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Posted by ColonelJD on Thursday, October 16, 2014

likes this first blahhhg.

I'm JD Wilkes, an old time banjo player who is happy to announce the upcoming release of 84-year old fiddler Charlie Stamper. The CD will be distributed by Appalshop's June Appal records. Here are the liner notes for the CD to help get you up to speed on who Charlie is:

    I consider myself incredibly fortunate to have met and recorded with Mr. Charlie Stamper.  But had I not been on a mission to document the current state of “barn dances and jamborees” in Kentucky, someone else might have gotten there first.  I am incredibly thankful the honor falls to me and all the good friends who helped make this record a reality.  Here’s how it all got started:
    While traveling and collecting information for my book Barn Dances and Jamborees Across Kentucky, I happened into a small opry house one dark Saturday night in Cadiz, KY.  Onstage was a motley crew of entertainers: an emcee (Guitarist Ray Wyatt), a sweet little church-lady on Casio, a 6-string bassist in tight jeans and Nikes, and some drummer.  But over by the keyboardist was a distinguished-looking gentlemen playing the fiddle.  I proceeded to witness him jam everything from bluegrass to 80s-era pop country.  I even got to participate during an open-mic set and play alongside him and the whole Lakeland Jamboree band.  While onstage, I became distracted by the power of his playing.  Such musical “quick thinking” to jump genres this way…and never missing a lick!  Well, come to find out, that’s just Charlie, “the best fiddle player in these parts”.
    Charlie Stamper was born in a log cabin on Jan. 28, 1930, the peak of the Great Depression.  He is the brother of Bluegrass Hall of Famer Art Stamper and the son of Hiram Stamper, both of whom are now deceased.  His childhood home place in Knott County is on the Kentucky registry of historic places, the result of his brother Art’s storied career with both the Osbourne and Stanley Brothers.
    “The first instrument I played was a ‘thrum-bow,’” Charlie remembers.  “My dad would take a hickory stick and whittle it down to make a bow. Then he’d string it up with a broom wire.”  Charlie demonstrates the “jaw harp”-like instrument on this recording too.
    After serving in the military, Charlie started a new life and family outside of Chicago, IL.  He played the occasional big-ticket show around the Chicagoland area, especially when folks like Johnny Cash and Loretta Lynn came a-knockin’.  Thankfully, he, along with his wife Akiko, returned to the Kentucky to retire in the western lake lands.  Today, at 84, he is poised to pick up the mantel and claim his right to the Old Time Music throne.  But, as we know, there is no such throne, and if there were one, Charlie would prefer the primitive, old hand-hewn chair his father Hiram made.  It’s still holding up, parked on Charlie’s back deck and facing Lake Barkley.  Charlie is usually on his feet though.  Seeing him pace around the place, just a-sawing away, is a real treat.  He may be one of the greatest examples of how music keeps you young and sharp-witted.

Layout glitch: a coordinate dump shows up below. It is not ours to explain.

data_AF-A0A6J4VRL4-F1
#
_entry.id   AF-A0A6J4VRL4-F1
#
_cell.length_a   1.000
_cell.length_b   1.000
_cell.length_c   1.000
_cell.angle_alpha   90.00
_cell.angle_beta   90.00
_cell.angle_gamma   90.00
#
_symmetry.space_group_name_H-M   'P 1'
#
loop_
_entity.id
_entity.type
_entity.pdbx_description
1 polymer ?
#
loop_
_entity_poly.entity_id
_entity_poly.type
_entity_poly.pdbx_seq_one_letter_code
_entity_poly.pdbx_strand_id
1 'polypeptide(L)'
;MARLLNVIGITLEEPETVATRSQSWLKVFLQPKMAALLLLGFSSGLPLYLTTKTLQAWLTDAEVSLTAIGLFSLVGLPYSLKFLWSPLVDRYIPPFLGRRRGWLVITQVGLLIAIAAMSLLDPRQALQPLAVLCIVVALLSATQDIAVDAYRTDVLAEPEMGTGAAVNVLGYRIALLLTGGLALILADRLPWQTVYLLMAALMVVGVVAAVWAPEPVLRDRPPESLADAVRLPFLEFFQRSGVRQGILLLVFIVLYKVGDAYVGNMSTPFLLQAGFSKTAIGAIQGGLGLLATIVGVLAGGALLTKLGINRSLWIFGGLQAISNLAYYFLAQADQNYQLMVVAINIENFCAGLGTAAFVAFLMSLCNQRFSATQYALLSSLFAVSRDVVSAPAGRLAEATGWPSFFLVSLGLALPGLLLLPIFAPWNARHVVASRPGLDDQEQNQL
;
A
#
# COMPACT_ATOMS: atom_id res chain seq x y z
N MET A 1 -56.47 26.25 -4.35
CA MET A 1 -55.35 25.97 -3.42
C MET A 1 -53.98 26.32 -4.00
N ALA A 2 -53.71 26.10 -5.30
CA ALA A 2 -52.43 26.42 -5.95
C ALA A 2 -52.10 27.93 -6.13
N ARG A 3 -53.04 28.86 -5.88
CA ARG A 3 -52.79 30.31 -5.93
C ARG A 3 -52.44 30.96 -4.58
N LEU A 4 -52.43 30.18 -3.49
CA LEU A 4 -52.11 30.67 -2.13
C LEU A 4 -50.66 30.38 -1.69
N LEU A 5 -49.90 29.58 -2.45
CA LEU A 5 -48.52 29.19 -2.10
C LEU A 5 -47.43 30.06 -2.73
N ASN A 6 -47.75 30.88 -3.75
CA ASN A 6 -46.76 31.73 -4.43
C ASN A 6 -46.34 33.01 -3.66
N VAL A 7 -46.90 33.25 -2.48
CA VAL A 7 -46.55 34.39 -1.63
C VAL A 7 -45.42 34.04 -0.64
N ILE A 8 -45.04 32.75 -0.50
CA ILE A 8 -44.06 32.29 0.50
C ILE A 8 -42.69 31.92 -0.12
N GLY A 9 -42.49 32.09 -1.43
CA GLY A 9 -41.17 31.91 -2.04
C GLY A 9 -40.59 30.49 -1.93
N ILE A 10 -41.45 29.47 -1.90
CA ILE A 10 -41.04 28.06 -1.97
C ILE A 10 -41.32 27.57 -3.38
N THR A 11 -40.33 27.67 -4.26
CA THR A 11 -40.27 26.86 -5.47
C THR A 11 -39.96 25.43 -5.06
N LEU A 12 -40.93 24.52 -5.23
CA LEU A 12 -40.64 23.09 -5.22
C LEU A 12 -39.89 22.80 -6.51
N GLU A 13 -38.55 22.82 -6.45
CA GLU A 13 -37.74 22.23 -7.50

“I think I’ll slow down when I reach 105,” he joked.  “I’m just busy…too busy to go fishing!”
    Once it finally sunk in who this man is and how near he lives to me (my home is in Paducah, KY), I couldn’t help but take it upon myself to chronicle some of his many achievements.  The next step was to enlist my friends Layne Hendrickson, Josh Coffee and Nathan Blake Lynn to help me record his amazing tunes, many of which are as old as the hills he once called home.  My personal favorites are “Cattle in the Cane” and his father’s signature rave-up “Glory in the Meeting House.”
    “My dad played fiddle, banjo and French harp.  I remember when I was five or six, I would sit on the floor between his legs as he played the fiddle—his big foot keeping time as it hit the boards.”
    Stamper is a living treasury of stories from Depression-era Kentucky too.  You can hear the arcane intensity of “The Old Ways” both in his anecdotes and in his attack on the instrument.  He carves a mean fiddle! Despite the personal loss of family members and some recent health issues, Charlie has emerged as an Old-Time music hero waiting to happen. 
    I hope you’ll enjoy these tunes and stories.  They took a lifetime for Stamper to amass and to embody.  It was an honor, a privilege and a blast for me to play banjo alongside such a master.  It’s an even greater thrill to share the results with the world, thanks to Appalshop, June Appal Records, engineer Layne Hendrickson and of course Mr. Charlie Stamper himself.  May his cross-tuned fiddle echo from Lake Barkley to Knott County and wherever worldwide this record so spins.  Enjoy!
--JD Wilkes
(author of Barn Dances and Jamborees Across Kentucky, The History Press)
Quotations taken from Fiddler Magazine, Winter 2011. Vol. 18, No. 4
Barn Dances and Jamborees Across Kentucky by JD Wilkes out now from The History Press!


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